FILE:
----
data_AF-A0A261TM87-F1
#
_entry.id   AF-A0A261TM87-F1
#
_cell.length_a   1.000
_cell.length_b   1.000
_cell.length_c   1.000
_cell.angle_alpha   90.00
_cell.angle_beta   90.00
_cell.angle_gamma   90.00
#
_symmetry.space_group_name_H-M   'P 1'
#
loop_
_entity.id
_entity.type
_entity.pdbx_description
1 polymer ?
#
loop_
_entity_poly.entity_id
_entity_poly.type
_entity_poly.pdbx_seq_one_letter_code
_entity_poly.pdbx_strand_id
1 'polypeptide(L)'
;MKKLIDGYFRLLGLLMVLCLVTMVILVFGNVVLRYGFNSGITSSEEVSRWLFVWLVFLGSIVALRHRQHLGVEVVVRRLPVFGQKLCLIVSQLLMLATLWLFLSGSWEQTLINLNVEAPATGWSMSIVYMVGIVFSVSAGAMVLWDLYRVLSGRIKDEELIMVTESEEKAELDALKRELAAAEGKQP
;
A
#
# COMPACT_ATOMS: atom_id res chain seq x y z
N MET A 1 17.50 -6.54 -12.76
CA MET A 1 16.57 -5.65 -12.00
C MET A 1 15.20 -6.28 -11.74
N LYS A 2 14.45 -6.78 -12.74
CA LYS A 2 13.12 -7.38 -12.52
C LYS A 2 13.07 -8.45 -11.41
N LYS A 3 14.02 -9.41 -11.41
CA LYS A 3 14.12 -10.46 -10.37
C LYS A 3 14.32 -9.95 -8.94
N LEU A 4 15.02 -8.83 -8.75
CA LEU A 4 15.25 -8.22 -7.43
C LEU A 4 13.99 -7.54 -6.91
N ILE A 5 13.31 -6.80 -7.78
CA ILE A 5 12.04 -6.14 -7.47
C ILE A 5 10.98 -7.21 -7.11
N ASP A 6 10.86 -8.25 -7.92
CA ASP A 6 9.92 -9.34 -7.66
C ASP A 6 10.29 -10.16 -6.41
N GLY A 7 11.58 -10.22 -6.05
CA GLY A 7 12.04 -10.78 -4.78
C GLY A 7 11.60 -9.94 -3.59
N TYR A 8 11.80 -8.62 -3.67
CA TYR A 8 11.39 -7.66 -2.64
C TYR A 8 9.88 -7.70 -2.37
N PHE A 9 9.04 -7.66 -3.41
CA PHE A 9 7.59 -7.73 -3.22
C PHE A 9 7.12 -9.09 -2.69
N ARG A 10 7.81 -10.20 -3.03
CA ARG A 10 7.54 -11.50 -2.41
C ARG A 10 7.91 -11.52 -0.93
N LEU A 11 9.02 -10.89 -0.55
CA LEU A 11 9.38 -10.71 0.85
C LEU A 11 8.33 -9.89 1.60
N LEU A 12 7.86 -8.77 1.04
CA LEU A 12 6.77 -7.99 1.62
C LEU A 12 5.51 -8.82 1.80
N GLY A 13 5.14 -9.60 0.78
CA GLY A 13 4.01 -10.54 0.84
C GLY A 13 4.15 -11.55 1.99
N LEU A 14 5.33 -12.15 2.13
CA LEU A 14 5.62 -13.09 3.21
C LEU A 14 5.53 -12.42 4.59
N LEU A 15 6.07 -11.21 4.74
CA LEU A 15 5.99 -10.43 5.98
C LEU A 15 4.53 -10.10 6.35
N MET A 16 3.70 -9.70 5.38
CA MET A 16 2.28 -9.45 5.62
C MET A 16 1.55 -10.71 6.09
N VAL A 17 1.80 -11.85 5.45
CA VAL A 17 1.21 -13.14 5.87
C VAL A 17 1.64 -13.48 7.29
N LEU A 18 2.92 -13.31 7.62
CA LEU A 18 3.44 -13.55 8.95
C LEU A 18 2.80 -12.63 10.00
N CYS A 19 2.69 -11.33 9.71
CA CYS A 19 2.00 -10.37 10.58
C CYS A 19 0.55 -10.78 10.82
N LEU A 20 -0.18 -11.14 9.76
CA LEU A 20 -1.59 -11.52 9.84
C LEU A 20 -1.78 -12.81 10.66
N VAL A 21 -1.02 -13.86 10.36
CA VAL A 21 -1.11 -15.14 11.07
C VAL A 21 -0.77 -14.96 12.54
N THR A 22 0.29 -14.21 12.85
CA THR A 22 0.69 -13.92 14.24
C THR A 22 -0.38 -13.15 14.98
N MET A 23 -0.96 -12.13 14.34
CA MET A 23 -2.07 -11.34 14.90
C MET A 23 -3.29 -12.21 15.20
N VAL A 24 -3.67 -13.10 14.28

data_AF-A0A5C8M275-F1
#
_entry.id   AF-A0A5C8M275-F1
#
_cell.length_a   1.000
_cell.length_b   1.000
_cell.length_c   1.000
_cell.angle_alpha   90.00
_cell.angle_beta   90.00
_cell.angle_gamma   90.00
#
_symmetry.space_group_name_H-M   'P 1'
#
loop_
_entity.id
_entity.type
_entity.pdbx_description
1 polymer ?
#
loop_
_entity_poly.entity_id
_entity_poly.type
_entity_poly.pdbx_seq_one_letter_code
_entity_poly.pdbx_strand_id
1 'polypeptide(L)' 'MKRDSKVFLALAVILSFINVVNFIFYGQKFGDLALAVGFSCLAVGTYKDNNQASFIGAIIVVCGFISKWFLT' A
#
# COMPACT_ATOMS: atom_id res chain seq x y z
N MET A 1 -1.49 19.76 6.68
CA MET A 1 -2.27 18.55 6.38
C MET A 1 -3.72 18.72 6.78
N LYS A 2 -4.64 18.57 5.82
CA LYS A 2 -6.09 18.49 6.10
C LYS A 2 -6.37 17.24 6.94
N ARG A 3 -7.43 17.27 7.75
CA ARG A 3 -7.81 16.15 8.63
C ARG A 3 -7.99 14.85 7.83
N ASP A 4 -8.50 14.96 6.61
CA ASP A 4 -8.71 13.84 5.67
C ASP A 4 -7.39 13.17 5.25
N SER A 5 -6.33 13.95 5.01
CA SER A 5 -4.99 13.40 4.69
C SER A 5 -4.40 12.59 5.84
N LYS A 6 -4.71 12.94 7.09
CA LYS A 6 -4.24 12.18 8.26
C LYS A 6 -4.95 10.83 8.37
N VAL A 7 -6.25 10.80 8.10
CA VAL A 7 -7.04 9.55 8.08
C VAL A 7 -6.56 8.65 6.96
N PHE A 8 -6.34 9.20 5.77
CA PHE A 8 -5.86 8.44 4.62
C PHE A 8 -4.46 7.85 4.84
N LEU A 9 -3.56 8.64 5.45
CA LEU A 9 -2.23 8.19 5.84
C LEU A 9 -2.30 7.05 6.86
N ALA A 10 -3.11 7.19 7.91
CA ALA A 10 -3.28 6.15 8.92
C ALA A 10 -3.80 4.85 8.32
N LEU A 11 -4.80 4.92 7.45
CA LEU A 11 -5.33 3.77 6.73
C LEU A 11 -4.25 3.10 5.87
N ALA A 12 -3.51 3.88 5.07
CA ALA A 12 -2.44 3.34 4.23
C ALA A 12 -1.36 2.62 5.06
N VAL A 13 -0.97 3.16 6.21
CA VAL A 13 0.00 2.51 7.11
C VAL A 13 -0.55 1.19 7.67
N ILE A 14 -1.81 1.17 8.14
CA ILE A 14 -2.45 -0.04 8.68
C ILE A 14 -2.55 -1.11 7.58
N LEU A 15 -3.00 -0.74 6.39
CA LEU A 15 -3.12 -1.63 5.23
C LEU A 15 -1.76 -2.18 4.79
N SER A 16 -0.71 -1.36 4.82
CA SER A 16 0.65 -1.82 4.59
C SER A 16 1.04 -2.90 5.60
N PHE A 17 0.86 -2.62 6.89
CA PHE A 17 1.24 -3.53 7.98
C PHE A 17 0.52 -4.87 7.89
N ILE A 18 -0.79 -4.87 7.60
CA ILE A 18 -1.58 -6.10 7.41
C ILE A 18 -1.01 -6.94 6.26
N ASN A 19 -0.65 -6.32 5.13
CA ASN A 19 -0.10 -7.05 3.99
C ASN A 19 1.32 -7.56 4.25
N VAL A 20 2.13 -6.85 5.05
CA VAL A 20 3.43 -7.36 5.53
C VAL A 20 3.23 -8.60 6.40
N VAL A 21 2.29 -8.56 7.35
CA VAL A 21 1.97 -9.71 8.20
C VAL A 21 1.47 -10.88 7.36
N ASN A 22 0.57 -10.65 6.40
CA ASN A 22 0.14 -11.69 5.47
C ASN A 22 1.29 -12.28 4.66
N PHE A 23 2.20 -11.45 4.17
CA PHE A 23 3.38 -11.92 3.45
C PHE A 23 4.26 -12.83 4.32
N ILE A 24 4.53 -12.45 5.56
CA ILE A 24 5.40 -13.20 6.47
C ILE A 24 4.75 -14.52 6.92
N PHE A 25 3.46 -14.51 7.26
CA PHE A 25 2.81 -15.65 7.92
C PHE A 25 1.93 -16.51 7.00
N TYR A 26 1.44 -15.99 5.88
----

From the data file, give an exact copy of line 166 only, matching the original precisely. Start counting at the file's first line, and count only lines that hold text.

C VAL A 13 -0.55 1.19 7.67